Opioid medications are commonly prescribed to manage pain caused by injuries and surgeries. These painkillers can be very effective, but they are also known for their addictive properties. It's important to take opioid medications responsibly to reduce the risk of dependency and addiction. Even with proper use, the potential for addiction is always present. Fortunately, there are measures you can take to use your prescription painkillers responsibly. Responsible use is important for staying healthy and successfully relieving pain. In this post, you'll discover the steps to take for proper use. Read on to learn more about safely using opioid medication.

Ask Your Doctor Or Pharmacist Questions About Your Medication

It's crucial to talk to your doctor or pharmacist about the medication prescribed to you. Opioid medications have many side effects, and they can impair physical activity. Consider writing a list of questions ahead of time. There are no silly questions, so make sure to address any concerns you have. Here are a few common questions you may ask:
  • Should I expect any negative side effects? If so, what are they?
  • Is it better to take my medication with or without food?
  • Can I take over-the-counter medications for pain relief, too?
It's crucial to get answers from medical professionals versus reading online or asking friends and family members. Your physician or pharmacist will give you accurate information that will help you use your medication responsibility.

Take Your Prescription Medication As Directed

Taking your opioid medication exactly as directed is a crucial part of responsible use. In many cases, you will be instructed to take a dose of medication every four to six hours. Do not ever take your medication more frequently than prescribed. That's the easiest yet most important tip to keep in mind. Here are some more directions and tips to follow:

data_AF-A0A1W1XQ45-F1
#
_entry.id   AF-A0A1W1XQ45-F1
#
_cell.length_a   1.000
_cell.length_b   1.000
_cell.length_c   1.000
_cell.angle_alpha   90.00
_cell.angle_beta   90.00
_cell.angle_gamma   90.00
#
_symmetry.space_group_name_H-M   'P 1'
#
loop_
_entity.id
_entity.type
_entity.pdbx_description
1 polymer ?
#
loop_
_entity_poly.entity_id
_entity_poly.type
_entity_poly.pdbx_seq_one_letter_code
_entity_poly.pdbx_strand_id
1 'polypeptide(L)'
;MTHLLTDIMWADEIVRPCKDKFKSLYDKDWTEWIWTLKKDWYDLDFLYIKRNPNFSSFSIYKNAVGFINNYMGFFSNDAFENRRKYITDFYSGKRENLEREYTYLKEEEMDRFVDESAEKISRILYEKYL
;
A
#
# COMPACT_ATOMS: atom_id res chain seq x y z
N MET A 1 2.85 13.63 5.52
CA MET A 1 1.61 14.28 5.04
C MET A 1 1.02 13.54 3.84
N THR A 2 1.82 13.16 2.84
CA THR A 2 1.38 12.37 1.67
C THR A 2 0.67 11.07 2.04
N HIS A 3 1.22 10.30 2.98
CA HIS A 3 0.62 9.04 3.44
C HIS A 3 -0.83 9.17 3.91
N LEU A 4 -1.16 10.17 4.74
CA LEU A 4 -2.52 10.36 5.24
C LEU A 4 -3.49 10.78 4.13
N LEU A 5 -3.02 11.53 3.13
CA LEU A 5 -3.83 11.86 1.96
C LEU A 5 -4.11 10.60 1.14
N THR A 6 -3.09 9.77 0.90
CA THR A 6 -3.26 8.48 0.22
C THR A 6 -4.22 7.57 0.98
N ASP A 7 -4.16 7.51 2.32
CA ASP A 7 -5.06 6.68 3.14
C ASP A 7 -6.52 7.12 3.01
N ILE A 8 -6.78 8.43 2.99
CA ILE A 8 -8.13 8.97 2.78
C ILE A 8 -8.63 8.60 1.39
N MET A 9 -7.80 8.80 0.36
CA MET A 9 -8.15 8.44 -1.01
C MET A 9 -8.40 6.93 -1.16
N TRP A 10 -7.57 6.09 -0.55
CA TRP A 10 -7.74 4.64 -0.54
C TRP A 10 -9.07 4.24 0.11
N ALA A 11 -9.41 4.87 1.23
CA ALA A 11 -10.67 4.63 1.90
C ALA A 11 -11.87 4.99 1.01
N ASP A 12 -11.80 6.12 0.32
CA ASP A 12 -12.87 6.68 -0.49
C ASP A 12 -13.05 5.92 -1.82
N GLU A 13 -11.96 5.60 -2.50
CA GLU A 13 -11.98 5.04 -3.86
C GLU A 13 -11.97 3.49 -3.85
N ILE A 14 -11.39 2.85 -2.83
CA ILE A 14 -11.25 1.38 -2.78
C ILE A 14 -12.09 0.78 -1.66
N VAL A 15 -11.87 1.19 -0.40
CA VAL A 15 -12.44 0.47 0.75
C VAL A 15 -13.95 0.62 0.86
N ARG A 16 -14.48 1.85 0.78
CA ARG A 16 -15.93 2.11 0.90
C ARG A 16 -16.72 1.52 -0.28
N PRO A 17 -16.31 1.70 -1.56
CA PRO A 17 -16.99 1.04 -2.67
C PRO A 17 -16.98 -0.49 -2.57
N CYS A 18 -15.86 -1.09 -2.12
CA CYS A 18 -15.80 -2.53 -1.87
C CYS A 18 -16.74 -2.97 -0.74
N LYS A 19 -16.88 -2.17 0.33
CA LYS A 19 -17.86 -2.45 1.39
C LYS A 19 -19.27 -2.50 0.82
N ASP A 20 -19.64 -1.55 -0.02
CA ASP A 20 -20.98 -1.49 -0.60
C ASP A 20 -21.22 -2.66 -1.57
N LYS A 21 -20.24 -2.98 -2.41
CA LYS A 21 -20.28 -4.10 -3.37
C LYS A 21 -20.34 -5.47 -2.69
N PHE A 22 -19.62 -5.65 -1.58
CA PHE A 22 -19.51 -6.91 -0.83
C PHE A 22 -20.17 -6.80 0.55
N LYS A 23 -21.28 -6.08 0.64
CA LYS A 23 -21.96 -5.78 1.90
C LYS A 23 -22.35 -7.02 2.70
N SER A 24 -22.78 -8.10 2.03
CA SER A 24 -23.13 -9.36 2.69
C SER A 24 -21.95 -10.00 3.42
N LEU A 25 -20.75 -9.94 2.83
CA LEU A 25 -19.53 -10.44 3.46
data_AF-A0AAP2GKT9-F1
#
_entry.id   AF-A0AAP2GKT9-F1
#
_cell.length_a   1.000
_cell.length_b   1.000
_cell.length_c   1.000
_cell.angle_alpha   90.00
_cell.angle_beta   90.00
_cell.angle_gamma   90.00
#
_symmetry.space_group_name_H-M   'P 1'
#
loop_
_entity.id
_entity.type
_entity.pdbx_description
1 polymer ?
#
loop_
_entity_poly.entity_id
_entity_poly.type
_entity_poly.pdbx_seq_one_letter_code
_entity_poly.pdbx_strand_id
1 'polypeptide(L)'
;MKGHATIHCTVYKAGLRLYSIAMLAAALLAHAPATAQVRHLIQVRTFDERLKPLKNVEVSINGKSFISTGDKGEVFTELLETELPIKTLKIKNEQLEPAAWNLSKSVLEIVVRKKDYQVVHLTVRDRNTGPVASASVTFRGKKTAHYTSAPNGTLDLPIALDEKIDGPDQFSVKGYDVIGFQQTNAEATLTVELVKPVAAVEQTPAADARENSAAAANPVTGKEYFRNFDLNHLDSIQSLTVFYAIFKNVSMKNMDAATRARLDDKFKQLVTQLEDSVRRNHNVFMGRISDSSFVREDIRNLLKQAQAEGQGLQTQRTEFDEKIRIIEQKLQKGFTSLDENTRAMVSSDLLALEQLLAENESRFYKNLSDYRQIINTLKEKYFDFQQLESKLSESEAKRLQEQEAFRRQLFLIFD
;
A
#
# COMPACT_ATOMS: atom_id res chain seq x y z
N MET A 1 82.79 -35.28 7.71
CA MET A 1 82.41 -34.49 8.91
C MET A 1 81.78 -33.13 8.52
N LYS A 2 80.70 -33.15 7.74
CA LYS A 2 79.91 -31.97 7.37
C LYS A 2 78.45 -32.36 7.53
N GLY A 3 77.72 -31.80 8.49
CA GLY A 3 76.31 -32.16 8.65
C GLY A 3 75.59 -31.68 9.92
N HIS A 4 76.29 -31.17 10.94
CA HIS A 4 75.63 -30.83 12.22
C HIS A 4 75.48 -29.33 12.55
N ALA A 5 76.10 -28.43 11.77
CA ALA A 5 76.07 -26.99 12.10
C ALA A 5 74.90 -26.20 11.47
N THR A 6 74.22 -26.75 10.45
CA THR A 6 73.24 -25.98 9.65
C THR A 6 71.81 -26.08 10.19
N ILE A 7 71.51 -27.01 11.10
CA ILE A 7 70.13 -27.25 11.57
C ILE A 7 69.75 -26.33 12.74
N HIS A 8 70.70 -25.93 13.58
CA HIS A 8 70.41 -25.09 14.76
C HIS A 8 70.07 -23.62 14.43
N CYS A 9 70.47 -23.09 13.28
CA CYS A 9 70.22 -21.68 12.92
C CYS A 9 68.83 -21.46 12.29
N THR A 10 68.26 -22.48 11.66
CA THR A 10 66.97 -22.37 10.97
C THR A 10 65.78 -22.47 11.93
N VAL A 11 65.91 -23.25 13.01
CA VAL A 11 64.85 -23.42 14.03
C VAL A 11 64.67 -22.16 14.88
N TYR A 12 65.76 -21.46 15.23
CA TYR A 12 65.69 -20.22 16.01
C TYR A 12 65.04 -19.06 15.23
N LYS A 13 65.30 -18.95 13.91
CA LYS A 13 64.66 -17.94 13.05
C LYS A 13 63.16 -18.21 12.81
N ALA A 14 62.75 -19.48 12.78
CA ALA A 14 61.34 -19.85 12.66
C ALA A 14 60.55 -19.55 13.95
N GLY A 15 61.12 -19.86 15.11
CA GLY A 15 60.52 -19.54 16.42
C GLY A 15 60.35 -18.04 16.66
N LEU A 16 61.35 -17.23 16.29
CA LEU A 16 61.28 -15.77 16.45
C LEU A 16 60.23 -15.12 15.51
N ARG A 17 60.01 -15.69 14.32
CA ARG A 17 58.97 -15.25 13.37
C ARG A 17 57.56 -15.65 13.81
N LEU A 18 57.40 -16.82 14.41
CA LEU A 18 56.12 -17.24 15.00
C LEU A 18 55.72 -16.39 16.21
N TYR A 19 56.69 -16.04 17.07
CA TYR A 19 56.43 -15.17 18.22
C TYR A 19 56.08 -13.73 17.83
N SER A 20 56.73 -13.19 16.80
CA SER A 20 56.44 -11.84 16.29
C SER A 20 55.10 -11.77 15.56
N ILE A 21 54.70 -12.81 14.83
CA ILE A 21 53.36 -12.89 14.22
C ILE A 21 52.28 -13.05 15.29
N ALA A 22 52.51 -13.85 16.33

• If you aren't in pain, you may skip a dose of painkillers.
  • Do not consume any alcohol while taking opioid medication.
  • Do not take any sedative medications unless okayed by a doctor.
  • Take your medication with meals or as otherwise directed.
Make sure you read the pamphlet that comes with your medication. If you cannot find it, call your doctor or pharmacist for a replacement. You should also let your doctor or pharmacist know if you take any other prescription or over-the-counter medications. This will help you avoid the risk of potentially dangerous drug interactions.

Use Non-Opioid Pain Management Whenever Possible

Opioids are not the only option you have for pain management. You can limit your opioid use by trying out different pain management methods. Here are some examples to consider:
  • heating pads and ice packs for hot/cold therapy
  • over-the-counter NSAIDs
  • massage therapy
  • meditation and relaxation techniques
The exact methods you use depend on your specific situation. These options are generally considered safe, but it's best to use caution. Make sure to consult with your physician to ensure you choose safe non-opioid alternatives.

Dispose Of Your Leftover Opioid Medication Responsibly

When your pain is better, you may have leftover opioid medication. Getting rid of your medication in a safe and responsible manner is important. Here are some options that may be available to you:
  • local law enforcement may offer a medication take-back service; they will dispose of your painkillers for you
  • permanent collection sites for taking back medication may be available at pharmacies and hospitals near you
  • remove and destroy the medication label that contains your personal information
  • crush and mix the unused medication with dirt, coffee grounds, or other substances
  • put the crushed medication mixture in a sealed plastic bag and throw it away